Articles Posted in US Court of Appeals for the Eighth Circuit

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Jeannie Vanette Hill Thomas appealed the district court's denial of her motion to intervene in Connie Jean Smith's class action against appellees, based on her interest in adequacy of representation by the class representative and class counsel. The Eighth Circuit held that the district court's determination on this question was final, and the district court's rationale for denying the motion was inadequate. Accordingly, the court remanded for further consideration. The court dismissed for lack of jurisdiction the portion of Thomas's appeal that was based on her interest in the adequacy of notice and opt-out procedures for the class. View "Smith v. SEECO, Inc." on Justia Law

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The Eighth Circuit found no violation of Fed. R. Civ. P. 11 or abuse of the judicial process in this consolidated appeal involving parties in a putative action. The court held that counsel did not violate Rule 41 in stipulating to the dismissal of the action and counsel had at least a colorable legal argument that the district court’s approval was not needed under Rule 23(e) to voluntarily dismiss the claims of the putative class. Therefore, the district court abused its discretion in finding that counsel acted with an improper purpose under Rule 11 and abused the judicial process by stipulating to the dismissal of the federal action for the purpose of seeking a more favorable forum and avoiding an adverse decision. Consequently, the district court also abused its discretion in imposing sanctions upon plaintiffs' counsel for the purported violation. The court reversed the district court's orders and remanded for further proceedings. View "Castleberry v. USAA" on Justia Law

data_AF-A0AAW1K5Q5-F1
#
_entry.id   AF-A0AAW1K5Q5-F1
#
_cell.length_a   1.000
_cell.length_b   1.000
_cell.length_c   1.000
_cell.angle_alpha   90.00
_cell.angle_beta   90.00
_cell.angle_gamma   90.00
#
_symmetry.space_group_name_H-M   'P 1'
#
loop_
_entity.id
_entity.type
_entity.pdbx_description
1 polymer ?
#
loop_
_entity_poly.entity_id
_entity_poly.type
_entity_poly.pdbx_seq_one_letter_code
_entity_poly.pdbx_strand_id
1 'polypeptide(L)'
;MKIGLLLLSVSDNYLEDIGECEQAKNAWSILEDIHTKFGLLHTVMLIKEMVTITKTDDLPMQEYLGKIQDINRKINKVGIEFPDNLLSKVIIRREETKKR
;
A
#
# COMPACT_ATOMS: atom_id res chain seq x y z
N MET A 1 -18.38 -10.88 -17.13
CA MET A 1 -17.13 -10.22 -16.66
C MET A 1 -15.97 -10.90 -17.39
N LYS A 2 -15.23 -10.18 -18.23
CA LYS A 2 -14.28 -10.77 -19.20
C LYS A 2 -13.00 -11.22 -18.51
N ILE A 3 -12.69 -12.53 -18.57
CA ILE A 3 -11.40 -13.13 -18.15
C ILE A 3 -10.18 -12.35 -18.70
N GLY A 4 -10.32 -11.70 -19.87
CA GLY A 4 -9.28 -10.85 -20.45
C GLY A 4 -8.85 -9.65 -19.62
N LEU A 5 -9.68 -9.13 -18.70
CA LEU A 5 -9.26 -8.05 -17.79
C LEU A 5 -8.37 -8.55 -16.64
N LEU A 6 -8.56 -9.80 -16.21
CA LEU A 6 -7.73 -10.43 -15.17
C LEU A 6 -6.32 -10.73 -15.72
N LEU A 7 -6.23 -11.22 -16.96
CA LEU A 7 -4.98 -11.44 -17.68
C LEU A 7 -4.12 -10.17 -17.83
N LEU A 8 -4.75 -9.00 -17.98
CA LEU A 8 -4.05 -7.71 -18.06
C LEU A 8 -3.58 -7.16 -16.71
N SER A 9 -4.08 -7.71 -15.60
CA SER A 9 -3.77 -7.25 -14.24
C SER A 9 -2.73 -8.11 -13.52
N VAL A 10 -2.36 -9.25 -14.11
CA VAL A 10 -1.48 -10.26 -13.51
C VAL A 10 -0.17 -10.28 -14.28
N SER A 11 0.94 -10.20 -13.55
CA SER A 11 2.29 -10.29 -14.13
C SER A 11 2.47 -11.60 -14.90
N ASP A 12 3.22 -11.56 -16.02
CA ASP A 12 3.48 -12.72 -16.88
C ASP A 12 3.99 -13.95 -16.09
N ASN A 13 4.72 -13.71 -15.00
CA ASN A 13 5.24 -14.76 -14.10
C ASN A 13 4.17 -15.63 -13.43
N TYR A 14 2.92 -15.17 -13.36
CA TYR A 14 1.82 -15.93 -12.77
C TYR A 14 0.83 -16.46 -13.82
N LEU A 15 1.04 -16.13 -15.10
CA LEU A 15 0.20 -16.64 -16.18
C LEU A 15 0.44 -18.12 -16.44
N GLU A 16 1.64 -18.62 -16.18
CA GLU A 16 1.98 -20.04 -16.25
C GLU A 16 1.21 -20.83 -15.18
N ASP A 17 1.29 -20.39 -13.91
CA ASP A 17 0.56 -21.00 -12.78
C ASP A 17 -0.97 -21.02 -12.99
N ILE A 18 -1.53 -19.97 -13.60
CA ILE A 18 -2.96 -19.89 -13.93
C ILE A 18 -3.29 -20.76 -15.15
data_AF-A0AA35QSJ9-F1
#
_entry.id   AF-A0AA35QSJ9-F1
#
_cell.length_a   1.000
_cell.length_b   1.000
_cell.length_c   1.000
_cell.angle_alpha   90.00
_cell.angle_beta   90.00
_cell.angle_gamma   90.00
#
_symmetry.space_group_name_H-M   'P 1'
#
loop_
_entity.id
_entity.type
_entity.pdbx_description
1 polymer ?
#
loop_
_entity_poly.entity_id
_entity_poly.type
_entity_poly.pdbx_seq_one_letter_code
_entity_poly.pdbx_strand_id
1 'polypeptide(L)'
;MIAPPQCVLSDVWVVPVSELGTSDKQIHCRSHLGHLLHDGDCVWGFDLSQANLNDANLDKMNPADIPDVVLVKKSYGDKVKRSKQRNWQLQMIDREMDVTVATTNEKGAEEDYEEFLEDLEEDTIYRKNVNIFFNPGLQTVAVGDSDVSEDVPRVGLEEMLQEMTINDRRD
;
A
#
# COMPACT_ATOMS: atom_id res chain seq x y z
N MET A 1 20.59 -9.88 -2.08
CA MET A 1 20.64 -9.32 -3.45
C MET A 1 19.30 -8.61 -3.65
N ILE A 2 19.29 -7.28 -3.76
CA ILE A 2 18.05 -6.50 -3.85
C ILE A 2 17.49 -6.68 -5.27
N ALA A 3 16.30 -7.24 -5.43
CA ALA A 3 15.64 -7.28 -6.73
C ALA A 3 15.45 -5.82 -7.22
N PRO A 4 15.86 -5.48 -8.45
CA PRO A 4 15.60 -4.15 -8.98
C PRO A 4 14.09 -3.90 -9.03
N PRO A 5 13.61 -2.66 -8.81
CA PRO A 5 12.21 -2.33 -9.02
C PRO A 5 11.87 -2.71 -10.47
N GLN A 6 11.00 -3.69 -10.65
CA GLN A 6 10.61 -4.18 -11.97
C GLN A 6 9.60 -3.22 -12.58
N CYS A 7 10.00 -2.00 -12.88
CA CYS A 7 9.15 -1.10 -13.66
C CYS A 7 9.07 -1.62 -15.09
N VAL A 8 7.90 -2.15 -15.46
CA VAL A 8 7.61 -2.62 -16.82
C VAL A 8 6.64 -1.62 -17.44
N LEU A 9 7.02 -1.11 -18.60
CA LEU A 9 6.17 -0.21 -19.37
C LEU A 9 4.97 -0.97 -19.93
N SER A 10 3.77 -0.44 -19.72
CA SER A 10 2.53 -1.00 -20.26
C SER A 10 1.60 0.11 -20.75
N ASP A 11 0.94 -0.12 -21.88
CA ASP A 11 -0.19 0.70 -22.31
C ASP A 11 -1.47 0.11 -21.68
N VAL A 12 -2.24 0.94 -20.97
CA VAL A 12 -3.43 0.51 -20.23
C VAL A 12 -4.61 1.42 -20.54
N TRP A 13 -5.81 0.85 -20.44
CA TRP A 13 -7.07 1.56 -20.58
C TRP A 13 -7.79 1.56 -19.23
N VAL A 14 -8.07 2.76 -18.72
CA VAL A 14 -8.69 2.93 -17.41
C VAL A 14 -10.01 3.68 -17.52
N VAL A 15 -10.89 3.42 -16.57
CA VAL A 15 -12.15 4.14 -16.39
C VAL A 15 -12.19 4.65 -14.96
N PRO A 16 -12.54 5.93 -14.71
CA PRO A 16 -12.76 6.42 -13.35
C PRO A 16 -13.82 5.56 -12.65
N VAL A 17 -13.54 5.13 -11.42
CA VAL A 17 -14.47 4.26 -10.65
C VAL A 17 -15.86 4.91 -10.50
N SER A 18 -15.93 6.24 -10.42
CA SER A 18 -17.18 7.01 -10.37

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The Eighth Circuit affirmed the district court's order approving a class action settlement and awarding attorneys' fees. Plaintiffs filed suit against Blue Buffalo, alleging that the pet food company broke its "True Blue Promise" that its products contained no chicken or poultry by-product meals. The court held that, in light of the Van Horn factors, the settlement was fair, reasonable, and adequate; it was not an abuse of discretion to find that a settlement providing such benefits was fair to all class members, including those who may have had additional state-law claims; and the attorneys' fees and costs were reasonable. View "Keil v. Lopez" on Justia Law